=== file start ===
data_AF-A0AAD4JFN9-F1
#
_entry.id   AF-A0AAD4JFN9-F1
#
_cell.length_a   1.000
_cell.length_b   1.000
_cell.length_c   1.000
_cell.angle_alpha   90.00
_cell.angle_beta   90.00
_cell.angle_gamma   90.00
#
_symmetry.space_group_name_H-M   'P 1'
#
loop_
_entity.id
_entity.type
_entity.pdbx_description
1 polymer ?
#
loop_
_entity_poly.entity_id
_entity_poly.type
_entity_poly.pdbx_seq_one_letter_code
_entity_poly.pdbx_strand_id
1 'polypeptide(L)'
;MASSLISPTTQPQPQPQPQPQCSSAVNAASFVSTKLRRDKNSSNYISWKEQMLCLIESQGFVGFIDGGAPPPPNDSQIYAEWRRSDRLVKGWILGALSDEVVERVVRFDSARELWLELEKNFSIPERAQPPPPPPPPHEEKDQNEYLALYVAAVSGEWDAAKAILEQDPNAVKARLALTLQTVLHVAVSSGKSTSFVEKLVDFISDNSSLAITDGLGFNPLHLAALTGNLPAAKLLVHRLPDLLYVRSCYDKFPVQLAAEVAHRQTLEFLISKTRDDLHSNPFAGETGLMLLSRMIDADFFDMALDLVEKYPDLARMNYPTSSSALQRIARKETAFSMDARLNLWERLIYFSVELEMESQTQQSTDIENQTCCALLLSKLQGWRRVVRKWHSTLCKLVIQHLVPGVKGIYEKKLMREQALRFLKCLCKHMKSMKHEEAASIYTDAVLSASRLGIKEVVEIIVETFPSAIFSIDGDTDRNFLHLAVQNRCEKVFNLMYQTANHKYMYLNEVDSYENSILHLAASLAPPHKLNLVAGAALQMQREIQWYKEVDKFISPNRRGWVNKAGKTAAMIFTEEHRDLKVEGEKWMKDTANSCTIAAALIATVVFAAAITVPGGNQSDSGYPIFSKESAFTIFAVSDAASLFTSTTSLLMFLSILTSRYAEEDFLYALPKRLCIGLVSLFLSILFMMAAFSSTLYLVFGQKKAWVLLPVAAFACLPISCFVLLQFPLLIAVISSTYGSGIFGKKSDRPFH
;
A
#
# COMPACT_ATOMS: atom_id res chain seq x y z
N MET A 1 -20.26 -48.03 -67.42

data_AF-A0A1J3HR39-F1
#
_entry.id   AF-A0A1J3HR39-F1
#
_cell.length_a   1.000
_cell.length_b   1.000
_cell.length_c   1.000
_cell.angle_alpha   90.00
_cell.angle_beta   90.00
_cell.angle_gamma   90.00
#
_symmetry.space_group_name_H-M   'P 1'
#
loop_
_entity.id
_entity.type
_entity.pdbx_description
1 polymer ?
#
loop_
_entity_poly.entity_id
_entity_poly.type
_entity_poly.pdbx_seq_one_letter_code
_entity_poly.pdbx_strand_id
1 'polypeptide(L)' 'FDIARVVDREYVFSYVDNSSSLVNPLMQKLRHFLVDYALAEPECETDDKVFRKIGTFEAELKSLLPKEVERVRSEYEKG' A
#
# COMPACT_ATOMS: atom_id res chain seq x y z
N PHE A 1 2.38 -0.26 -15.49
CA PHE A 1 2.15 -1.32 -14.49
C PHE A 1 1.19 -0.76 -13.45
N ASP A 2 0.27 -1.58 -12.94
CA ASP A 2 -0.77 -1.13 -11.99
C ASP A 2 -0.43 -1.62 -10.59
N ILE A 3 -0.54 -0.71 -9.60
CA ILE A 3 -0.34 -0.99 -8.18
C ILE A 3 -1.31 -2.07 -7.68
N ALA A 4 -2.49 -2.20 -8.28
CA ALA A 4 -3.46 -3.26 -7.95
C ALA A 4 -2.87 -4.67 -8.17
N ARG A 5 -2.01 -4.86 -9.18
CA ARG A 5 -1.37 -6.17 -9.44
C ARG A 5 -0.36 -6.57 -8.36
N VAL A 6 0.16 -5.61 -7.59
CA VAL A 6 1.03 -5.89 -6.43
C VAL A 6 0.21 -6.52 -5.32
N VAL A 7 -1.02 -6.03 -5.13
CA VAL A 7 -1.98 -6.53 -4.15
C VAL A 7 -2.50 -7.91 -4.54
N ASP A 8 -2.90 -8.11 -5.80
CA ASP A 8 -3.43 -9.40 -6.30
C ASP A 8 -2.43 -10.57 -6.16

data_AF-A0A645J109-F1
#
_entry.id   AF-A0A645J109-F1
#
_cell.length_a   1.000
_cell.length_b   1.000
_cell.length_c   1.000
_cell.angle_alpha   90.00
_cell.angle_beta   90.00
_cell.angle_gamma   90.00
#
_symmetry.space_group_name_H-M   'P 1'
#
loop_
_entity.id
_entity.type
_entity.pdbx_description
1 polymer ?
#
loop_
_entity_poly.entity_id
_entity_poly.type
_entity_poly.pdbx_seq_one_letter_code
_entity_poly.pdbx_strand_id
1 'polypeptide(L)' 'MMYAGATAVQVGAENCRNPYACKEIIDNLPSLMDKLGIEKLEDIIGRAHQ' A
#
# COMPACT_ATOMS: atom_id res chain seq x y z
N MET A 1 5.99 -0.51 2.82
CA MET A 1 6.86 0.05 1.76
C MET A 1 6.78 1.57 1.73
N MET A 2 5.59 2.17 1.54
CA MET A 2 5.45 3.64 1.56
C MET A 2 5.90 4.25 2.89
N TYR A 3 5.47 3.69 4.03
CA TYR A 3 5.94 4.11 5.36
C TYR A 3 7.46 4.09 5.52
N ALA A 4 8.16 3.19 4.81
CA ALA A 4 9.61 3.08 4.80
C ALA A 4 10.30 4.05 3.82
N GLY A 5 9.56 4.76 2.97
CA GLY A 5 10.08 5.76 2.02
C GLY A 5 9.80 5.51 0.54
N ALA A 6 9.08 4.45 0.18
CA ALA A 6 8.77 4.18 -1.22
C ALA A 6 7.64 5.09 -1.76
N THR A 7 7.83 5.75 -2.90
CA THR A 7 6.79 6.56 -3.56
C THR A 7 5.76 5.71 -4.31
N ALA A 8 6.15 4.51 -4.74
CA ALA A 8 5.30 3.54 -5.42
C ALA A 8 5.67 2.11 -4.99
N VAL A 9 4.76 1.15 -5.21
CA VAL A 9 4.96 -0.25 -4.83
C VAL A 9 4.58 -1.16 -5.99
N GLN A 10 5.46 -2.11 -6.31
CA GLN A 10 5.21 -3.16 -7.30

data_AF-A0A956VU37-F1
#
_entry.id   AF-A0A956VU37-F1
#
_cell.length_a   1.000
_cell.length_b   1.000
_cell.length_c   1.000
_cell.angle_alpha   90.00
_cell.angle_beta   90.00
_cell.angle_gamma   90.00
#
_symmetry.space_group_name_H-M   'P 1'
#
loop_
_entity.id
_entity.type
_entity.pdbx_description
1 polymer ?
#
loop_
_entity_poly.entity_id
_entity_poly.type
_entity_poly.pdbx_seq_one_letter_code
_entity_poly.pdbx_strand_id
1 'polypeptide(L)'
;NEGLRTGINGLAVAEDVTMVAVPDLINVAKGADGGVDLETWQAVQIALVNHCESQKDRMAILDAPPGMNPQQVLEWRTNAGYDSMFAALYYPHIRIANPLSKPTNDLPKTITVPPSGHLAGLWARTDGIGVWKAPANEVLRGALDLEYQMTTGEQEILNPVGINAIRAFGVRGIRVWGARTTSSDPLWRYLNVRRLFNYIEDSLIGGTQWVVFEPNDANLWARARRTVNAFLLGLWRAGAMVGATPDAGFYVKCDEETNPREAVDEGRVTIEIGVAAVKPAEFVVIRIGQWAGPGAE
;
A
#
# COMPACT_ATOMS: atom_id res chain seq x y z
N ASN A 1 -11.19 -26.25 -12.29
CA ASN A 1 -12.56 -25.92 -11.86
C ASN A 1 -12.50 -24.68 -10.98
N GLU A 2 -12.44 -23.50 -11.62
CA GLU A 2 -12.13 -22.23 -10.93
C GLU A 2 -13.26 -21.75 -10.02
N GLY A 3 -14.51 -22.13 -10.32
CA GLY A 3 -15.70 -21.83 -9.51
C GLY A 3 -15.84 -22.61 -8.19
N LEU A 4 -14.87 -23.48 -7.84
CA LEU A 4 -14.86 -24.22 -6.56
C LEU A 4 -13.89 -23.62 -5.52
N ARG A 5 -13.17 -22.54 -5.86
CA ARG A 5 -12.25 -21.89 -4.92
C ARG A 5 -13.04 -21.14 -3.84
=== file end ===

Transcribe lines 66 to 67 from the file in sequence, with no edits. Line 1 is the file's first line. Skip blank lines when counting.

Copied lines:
CA ILE A 3 -0.34 -0.99 -8.18
C ILE A 3 -1.31 -2.07 -7.68